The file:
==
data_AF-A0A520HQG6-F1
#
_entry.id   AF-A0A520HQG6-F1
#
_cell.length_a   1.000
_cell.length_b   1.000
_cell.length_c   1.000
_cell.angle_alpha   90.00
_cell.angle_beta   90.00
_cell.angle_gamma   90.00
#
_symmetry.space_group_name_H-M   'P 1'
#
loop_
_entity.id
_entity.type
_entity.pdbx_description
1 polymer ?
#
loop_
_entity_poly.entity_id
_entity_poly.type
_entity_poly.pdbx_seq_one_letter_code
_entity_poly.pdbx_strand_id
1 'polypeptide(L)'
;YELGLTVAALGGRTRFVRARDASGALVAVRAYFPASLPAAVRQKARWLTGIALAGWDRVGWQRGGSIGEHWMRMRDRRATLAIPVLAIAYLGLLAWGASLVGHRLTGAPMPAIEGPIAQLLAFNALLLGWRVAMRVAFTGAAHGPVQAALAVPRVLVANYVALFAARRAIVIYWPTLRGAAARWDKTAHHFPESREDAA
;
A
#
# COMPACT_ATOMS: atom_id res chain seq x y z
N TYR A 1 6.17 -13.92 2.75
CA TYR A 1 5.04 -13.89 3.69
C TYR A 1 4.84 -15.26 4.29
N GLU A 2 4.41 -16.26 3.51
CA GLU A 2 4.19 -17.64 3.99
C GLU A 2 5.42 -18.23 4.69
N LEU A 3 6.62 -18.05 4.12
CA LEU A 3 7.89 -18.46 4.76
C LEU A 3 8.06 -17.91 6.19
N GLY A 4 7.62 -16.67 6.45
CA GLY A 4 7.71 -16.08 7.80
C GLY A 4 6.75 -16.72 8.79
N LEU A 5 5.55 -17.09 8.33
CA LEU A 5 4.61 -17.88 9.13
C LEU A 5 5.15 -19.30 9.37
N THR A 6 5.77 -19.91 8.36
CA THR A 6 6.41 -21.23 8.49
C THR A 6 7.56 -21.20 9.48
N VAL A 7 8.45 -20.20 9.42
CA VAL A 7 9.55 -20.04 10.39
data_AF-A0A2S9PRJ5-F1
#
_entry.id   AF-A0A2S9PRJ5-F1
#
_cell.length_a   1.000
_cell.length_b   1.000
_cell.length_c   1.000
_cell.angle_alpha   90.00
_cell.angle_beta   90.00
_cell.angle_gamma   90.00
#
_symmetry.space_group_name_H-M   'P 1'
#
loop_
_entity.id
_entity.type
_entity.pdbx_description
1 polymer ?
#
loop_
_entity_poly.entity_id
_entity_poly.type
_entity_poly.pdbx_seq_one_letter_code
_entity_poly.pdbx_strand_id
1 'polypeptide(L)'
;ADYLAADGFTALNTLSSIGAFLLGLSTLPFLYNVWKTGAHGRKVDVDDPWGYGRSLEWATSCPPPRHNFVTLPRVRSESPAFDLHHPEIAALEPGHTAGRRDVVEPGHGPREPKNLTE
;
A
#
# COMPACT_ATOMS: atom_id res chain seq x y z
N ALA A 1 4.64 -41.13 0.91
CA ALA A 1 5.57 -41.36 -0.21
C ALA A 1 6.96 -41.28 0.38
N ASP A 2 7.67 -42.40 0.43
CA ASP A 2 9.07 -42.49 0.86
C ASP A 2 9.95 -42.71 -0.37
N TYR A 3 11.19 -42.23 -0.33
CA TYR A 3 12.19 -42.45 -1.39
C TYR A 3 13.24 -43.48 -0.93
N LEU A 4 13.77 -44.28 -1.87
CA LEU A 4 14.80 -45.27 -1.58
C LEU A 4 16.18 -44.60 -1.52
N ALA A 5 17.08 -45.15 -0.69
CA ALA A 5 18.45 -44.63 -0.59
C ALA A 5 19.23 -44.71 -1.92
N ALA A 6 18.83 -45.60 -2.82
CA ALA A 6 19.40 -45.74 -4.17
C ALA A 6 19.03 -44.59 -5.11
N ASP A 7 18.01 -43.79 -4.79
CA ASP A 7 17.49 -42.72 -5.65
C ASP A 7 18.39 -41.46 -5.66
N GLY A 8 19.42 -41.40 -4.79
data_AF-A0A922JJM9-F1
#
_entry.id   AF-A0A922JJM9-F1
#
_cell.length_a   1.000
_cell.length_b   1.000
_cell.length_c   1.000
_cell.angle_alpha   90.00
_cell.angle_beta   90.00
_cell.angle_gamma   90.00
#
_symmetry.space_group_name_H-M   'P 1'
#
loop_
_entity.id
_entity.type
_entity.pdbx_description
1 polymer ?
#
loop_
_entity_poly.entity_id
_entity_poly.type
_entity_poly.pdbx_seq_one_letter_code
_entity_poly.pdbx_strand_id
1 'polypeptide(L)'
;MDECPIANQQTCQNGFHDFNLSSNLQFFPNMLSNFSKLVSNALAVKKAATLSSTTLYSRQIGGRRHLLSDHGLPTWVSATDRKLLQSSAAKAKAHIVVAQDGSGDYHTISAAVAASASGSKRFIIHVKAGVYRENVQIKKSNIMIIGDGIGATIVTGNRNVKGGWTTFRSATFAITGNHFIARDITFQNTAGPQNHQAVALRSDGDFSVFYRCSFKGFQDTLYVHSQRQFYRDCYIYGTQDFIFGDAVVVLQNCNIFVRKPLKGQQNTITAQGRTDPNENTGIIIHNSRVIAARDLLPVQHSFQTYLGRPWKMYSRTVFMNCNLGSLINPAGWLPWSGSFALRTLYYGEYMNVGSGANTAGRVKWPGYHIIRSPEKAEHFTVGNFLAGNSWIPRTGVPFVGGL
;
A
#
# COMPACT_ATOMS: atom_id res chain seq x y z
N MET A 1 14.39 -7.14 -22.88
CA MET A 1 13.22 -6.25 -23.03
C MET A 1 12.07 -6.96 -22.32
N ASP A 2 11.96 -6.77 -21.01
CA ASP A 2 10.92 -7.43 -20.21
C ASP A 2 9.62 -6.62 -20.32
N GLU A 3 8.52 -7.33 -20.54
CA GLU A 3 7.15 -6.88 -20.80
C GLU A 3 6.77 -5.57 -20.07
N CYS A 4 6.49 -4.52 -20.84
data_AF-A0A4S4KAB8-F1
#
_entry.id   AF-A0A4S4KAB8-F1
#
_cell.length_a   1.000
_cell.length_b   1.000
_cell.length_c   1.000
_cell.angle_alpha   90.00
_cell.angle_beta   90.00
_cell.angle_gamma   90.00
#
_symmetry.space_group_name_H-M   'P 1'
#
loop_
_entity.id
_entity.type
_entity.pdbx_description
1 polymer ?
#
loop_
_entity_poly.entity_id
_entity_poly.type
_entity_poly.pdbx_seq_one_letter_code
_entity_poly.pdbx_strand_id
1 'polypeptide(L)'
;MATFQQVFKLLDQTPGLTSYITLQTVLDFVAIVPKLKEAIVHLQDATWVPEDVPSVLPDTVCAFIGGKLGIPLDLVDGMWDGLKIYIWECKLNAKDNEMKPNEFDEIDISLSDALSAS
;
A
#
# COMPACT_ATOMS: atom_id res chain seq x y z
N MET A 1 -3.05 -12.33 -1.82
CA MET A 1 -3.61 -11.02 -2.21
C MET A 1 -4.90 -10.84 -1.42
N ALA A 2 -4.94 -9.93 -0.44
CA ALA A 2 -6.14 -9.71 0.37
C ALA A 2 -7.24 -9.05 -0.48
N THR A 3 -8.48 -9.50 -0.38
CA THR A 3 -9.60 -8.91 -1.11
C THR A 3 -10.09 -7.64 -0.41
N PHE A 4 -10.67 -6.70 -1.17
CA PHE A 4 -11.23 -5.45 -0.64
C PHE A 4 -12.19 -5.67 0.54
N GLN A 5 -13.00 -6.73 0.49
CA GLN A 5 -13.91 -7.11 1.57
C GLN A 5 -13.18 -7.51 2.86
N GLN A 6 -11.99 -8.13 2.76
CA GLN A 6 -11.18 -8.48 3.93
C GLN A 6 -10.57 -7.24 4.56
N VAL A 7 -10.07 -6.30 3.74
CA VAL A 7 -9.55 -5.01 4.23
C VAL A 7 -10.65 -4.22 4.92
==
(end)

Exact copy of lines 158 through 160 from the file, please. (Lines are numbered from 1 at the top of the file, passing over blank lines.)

_entity.type
_entity.pdbx_description
1 polymer ?